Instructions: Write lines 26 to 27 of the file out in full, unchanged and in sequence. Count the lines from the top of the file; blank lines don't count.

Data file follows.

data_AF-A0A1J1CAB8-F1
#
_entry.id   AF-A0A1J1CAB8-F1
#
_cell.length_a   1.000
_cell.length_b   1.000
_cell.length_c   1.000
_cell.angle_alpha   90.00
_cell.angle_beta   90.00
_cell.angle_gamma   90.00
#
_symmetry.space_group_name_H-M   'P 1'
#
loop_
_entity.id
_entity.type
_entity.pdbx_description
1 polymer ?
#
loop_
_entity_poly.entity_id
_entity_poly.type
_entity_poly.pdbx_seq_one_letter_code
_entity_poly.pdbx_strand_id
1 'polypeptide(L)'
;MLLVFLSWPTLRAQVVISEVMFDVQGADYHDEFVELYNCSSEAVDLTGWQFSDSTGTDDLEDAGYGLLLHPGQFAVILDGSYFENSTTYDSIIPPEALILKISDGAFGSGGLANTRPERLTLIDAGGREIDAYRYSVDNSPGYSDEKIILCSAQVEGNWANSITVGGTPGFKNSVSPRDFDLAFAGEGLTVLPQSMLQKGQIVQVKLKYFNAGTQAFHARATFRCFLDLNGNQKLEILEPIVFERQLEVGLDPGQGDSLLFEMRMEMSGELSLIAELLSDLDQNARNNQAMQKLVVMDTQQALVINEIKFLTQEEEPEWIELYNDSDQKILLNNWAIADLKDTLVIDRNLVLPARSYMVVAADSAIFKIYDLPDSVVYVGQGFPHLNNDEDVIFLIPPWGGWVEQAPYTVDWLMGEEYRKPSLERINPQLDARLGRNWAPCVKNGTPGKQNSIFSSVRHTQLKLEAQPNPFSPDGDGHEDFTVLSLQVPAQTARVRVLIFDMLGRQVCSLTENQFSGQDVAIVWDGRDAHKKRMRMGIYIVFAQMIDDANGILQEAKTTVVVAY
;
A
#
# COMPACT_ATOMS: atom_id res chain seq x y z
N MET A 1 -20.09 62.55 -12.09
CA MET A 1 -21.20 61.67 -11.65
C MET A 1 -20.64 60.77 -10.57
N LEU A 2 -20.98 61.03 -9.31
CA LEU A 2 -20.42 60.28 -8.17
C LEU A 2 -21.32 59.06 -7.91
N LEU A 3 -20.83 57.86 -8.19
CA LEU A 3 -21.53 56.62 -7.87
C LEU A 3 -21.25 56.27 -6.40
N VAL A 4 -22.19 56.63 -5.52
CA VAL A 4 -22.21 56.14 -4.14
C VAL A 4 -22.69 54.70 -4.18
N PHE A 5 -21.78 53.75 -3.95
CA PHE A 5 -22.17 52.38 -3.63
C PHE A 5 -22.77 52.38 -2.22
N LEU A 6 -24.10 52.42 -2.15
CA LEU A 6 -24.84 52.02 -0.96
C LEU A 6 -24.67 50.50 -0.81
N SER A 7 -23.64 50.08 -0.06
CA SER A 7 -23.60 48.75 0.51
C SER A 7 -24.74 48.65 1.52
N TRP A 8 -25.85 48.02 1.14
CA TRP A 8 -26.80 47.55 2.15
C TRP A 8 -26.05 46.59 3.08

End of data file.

;MLLVFLSWPTLRAQVVISEVMFDVQGADYHDEFVELYNCSSEAVDLTGWQFSDSTGTDDLEDAGYGLLLHPGQFAVILDGSYFENSTTYDSIIPPEALILKISDGAFGSGGLANTRPERLTLIDAGGREIDAYRYSVDNSPGYSDEKIILCSAQVEGNWANSITVGGTPGFKNSVSPRDFDLAFAGEGLTVLPQSMLQKGQIVQVKLKYFNAGTQAFHARATFRCFLDLNGNQKLEILEPIVFERQLEVGLDPGQGDSLLFEMRMEMSGELSLIAELLSDLDQNARNNQAMQKLVVMDTQQALVINEIKFLTQEEEPEWIELYNDSDQKILLNNWAIADLKDTLVIDRNLVLPARSYMVVAADSAIFKIYDLPDSVVYVGQGFPHLNNDEDVIFLIPPWGGWVEQAPYTVDWLMGEEYRKPSLERINPQLDARLGRNWAPCVKNGTPGKQNSIFSSVRHTQLKLEAQPNPFSPDGDGHEDFTVLSLQVPAQTARVRVLIFDMLGRQVCSLTENQFSGQDVAIVWDGRDAHKKRMRMGIYIVFAQMIDDANGILQEAKTTVVVAY
;